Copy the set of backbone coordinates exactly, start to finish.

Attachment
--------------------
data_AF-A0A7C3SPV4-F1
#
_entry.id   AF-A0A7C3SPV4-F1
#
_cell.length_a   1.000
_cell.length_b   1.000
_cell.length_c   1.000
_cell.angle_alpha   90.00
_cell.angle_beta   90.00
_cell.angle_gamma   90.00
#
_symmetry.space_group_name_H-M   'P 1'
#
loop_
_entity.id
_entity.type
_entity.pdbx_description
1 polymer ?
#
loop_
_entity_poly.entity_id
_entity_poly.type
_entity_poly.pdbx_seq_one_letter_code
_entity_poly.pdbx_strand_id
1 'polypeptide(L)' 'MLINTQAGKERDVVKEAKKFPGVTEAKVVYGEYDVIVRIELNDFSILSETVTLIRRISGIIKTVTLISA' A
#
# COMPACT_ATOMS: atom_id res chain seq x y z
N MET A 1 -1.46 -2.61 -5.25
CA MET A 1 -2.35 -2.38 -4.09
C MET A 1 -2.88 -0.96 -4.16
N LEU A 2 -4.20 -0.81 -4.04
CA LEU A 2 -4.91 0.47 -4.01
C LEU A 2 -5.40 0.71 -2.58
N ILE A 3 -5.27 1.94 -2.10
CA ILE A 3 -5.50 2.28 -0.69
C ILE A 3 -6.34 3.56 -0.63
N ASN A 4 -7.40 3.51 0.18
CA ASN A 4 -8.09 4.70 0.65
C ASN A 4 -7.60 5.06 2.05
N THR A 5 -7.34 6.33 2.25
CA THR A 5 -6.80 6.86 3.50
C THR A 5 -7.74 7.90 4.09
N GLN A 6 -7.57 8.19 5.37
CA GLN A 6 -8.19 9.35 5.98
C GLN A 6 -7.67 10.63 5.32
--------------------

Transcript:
data_AF-A0A7C3SPV4-F1
#
_entry.id   AF-A0A7C3SPV4-F1
#
_cell.length_a   1.000
_cell.length_b   1.000
_cell.length_c   1.000
_cell.angle_alpha   90.00
_cell.angle_beta   90.00
_cell.angle_gamma   90.00
#
_symmetry.space_group_name_H-M   'P 1'
#
loop_
_entity.id
_entity.type
_entity.pdbx_description
1 polymer ?
#
loop_
_entity_poly.entity_id
_entity_poly.type
_entity_poly.pdbx_seq_one_letter_code
_entity_poly.pdbx_strand_id
1 'polypeptide(L)' 'MLINTQAGKERDVVKEAKKFPGVTEAKVVYGEYDVIVRIELNDFSILSETVTLIRRISGIIKTVTLISA' A
#
# COMPACT_ATOMS: atom_id res chain seq x y z
N MET A 1 -1.46 -2.61 -5.25
CA MET A 1 -2.35 -2.38 -4.09
C MET A 1 -2.88 -0.96 -4.16
N LEU A 2 -4.20 -0.81 -4.04
CA LEU A 2 -4.91 0.47 -4.01
C LEU A 2 -5.40 0.71 -2.58
N ILE A 3 -5.27 1.94 -2.10
CA ILE A 3 -5.50 2.28 -0.69
C ILE A 3 -6.34 3.56 -0.63
N ASN A 4 -7.40 3.51 0.18
CA ASN A 4 -8.09 4.70 0.65
C ASN A 4 -7.60 5.06 2.05
N THR A 5 -7.34 6.33 2.25
CA THR A 5 -6.80 6.86 3.50
C THR A 5 -7.74 7.90 4.09
N GLN A 6 -7.57 8.19 5.37
CA GLN A 6 -8.19 9.35 5.98
C GLN A 6 -7.67 10.63 5.32